What killed the Linux desktop?

Recently there was an article titled ‘What killed the Linux desktop?’ by Miguel de lcaza. Miguel is one of the popular free software programmers, played key role in creating popular desktop environments like GNOME. In his article Miguel clearly states some of the key reasons why Linux has not become a successful desktop operating system.

Based on his article, I would like to add some of my viewpoints as follows:

Loose coupling of Kernel and GNU: One of the key contributors for poor user experience with Linux based desktop is loose coupling between Kernel and GNU software. Kernel, which is an engineering marvel by itself (thanks to strict governance model), never had any commercial intent in mind at least when it started. When various GNU software got bundled to create a desktop Linux distribution loose coupling started happening. If a novice user faces any issues, he will not be able to figure it out why and what exactly going wrong. Version incompatibilities, dependent library/binary issues, Unclear/ambiguous documentation, not so strong community support for a normal user has become bottleneck, which hampered faster adaptation. While engineers and technologists enjoy this distributed, democratic model of development and got ‘kick’ out of experimenting anything and everything, it is far away from providing good user experience for a normal user.

Reverse approach by OS-X: The article also talks about a total opposite approach taken by OS-X, which initially focused on user experience by targeting normal users. Today everybody understands how advanced OS-X based products are when it comes to user experience. Even though it was initially perceived as ‘closed’ system by developers and hackers, slowly the move happened when they started providing more programmer centric features as a part of OS-X. Even though I have not experimented any OS-X terminals, I am sure as a programmer I will be able to achieve almost the same thing what I would be able to do with Linux.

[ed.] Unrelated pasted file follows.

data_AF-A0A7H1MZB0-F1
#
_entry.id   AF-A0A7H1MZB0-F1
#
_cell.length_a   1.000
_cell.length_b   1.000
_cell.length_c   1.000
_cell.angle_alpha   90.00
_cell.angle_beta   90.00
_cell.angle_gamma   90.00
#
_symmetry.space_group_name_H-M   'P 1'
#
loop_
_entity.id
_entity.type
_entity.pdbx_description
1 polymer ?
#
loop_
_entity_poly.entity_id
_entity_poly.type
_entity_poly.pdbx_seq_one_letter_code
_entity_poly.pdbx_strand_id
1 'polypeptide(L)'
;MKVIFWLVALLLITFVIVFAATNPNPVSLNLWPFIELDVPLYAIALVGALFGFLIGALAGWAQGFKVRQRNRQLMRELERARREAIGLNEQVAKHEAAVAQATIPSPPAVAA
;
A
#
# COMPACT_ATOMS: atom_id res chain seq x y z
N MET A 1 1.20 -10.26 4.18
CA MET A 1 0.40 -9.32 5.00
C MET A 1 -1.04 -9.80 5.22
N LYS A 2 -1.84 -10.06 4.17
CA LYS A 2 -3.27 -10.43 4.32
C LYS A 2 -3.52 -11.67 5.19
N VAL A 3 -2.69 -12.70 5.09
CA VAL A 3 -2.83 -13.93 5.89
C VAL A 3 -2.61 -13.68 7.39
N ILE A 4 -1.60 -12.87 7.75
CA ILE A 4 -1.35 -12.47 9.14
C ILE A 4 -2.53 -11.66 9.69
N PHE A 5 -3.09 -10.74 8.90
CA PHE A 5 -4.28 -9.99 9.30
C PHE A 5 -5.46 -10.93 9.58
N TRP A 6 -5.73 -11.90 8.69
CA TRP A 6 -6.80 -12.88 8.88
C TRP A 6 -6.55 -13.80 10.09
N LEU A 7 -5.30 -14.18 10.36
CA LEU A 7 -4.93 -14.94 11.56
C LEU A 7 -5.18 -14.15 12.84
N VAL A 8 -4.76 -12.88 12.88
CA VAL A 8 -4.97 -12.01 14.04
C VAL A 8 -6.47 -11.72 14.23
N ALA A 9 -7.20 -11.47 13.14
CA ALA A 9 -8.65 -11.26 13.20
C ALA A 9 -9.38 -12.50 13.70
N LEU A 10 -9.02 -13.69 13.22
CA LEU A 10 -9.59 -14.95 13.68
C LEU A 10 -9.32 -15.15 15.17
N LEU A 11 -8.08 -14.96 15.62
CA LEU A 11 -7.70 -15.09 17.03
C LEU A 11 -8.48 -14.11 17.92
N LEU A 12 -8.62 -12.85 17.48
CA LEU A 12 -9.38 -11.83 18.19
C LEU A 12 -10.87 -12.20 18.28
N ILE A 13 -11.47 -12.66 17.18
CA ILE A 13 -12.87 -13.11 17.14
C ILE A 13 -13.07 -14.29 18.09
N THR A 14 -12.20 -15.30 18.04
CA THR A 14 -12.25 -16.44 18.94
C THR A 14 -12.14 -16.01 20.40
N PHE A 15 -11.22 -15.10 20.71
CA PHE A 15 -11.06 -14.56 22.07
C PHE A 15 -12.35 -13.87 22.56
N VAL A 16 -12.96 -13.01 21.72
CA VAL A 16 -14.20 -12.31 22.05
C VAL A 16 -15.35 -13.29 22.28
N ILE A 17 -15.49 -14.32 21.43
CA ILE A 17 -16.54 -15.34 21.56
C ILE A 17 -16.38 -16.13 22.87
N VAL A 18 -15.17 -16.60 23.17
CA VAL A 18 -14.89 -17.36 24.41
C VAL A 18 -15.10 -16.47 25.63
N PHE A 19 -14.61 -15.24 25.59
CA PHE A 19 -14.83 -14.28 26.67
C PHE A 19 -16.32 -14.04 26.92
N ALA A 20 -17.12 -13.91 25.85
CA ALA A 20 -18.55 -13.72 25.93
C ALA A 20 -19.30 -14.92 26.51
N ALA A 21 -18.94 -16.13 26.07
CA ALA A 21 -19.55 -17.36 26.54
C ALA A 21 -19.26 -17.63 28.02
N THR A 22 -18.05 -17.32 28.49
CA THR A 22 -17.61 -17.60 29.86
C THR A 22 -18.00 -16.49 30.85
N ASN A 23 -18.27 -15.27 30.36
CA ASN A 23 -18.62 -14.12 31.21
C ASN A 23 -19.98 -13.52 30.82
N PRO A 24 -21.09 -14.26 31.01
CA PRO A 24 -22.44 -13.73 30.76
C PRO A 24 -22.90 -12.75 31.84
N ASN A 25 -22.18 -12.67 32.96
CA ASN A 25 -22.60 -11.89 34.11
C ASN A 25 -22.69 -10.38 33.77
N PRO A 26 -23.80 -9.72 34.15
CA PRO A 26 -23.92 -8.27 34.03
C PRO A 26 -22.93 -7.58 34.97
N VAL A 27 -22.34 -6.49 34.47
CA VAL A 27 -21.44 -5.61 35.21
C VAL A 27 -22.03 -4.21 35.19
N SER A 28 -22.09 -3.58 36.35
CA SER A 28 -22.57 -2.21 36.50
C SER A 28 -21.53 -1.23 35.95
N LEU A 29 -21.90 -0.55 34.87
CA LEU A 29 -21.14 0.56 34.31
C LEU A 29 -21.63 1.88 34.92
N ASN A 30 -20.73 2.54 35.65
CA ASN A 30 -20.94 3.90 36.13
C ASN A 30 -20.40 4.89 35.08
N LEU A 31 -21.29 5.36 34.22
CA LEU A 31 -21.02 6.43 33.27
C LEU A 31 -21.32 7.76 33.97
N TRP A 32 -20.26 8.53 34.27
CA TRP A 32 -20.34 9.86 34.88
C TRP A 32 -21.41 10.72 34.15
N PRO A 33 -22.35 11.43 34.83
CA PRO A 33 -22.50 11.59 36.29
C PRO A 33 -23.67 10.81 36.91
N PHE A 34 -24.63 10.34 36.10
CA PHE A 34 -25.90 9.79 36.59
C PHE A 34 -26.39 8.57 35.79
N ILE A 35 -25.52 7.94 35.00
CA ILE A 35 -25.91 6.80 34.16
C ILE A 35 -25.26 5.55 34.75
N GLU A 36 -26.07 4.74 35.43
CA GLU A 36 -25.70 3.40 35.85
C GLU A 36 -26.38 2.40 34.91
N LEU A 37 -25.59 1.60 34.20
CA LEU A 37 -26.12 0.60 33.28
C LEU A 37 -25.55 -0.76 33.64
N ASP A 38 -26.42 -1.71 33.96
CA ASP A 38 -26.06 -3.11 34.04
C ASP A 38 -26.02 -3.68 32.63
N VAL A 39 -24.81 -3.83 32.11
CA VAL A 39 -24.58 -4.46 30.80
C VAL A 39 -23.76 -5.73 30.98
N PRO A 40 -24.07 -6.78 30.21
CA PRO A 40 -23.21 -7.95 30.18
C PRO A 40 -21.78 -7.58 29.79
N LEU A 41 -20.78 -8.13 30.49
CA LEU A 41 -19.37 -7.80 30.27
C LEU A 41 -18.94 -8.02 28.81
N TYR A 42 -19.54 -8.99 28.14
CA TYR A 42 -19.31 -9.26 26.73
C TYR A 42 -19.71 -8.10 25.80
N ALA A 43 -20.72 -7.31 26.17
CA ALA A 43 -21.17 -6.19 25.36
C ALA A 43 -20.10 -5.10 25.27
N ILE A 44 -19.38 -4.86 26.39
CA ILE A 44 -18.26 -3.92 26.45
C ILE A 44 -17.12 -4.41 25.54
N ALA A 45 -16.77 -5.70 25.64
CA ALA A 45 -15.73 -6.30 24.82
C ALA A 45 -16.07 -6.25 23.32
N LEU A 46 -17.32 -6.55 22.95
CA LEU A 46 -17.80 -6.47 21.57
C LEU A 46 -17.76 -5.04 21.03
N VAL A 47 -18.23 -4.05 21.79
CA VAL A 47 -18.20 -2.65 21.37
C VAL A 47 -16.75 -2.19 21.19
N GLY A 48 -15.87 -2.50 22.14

Fundamental philosophy: The bottom line of Linux desktop challenge leads to fundamental philosophy on which Linux or open source software is built. Since the major objective was to provide free (freedom) for users, it is still lead by programmer centric thinking than user experience centric. Because when somebody starts thinking about user experience, it invariably leads to commercial intent, which may not go well with free software philosophy.

Unless tightly integrated system is built (ex: Android) around Linux, it is still far from being popular desktop operating system.